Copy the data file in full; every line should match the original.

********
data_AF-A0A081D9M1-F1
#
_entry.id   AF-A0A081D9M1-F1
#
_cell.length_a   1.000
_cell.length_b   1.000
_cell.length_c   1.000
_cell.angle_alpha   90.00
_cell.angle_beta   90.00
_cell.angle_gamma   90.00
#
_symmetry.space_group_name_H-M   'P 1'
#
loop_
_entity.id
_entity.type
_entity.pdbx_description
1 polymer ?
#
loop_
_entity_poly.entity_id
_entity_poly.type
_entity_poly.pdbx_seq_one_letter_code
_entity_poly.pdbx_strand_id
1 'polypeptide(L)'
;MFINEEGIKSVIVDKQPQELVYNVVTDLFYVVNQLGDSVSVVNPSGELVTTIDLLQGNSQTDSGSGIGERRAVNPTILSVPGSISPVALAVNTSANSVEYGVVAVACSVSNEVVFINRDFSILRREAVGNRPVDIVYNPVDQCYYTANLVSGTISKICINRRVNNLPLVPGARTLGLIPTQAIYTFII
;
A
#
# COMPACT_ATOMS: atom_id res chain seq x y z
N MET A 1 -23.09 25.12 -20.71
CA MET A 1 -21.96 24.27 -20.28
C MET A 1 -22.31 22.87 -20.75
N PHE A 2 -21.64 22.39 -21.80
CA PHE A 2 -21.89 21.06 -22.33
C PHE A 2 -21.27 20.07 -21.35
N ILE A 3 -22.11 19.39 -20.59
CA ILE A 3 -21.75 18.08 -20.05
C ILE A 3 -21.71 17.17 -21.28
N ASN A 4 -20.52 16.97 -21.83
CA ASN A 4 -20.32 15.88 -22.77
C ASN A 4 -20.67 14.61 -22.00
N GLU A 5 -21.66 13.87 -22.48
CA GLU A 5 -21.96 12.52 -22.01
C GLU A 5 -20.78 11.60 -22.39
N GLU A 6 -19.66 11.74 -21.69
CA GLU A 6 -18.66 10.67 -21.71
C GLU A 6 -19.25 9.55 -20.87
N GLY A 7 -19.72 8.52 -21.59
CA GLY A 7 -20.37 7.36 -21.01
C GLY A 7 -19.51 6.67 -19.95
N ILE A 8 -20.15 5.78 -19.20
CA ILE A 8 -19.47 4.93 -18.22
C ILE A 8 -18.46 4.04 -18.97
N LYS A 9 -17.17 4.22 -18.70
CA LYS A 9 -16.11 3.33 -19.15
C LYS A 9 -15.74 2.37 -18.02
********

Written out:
data_AF-A0A081D9M1-F1
#
_entry.id   AF-A0A081D9M1-F1
#
_cell.length_a   1.000
_cell.length_b   1.000
_cell.length_c   1.000
_cell.angle_alpha   90.00
_cell.angle_beta   90.00
_cell.angle_gamma   90.00
#
_symmetry.space_group_name_H-M   'P 1'
#
loop_
_entity.id
_entity.type
_entity.pdbx_description
1 polymer ?
#
loop_
_entity_poly.entity_id
_entity_poly.type
_entity_poly.pdbx_seq_one_letter_code
_entity_poly.pdbx_strand_id
1 'polypeptide(L)'
;MFINEEGIKSVIVDKQPQELVYNVVTDLFYVVNQLGDSVSVVNPSGELVTTIDLLQGNSQTDSGSGIGERRAVNPTILSVPGSISPVALAVNTSANSVEYGVVAVACSVSNEVVFINRDFSILRREAVGNRPVDIVYNPVDQCYYTANLVSGTISKICINRRVNNLPLVPGARTLGLIPTQAIYTFII
;
A
#
# COMPACT_ATOMS: atom_id res chain seq x y z
N MET A 1 -23.09 25.12 -20.71
CA MET A 1 -21.96 24.27 -20.28
C MET A 1 -22.31 22.87 -20.75
N PHE A 2 -21.64 22.39 -21.80
CA PHE A 2 -21.89 21.06 -22.33
C PHE A 2 -21.27 20.07 -21.35
N ILE A 3 -22.11 19.39 -20.59
CA ILE A 3 -21.75 18.08 -20.05
C ILE A 3 -21.71 17.17 -21.28
N ASN A 4 -20.52 16.97 -21.83
CA ASN A 4 -20.32 15.88 -22.77
C ASN A 4 -20.67 14.61 -22.00
N GLU A 5 -21.66 13.87 -22.48
CA GLU A 5 -21.96 12.52 -22.01
C GLU A 5 -20.78 11.60 -22.39
N GLU A 6 -19.66 11.74 -21.69
CA GLU A 6 -18.66 10.67 -21.71
C GLU A 6 -19.25 9.55 -20.87
N GLY A 7 -19.72 8.52 -21.59
CA GLY A 7 -20.37 7.36 -21.01
C GLY A 7 -19.51 6.67 -19.95
N ILE A 8 -20.15 5.78 -19.20
CA ILE A 8 -19.47 4.93 -18.22
C ILE A 8 -18.46 4.04 -18.97
N LYS A 9 -17.17 4.22 -18.70
CA LYS A 9 -16.11 3.33 -19.15
C LYS A 9 -15.74 2.37 -18.02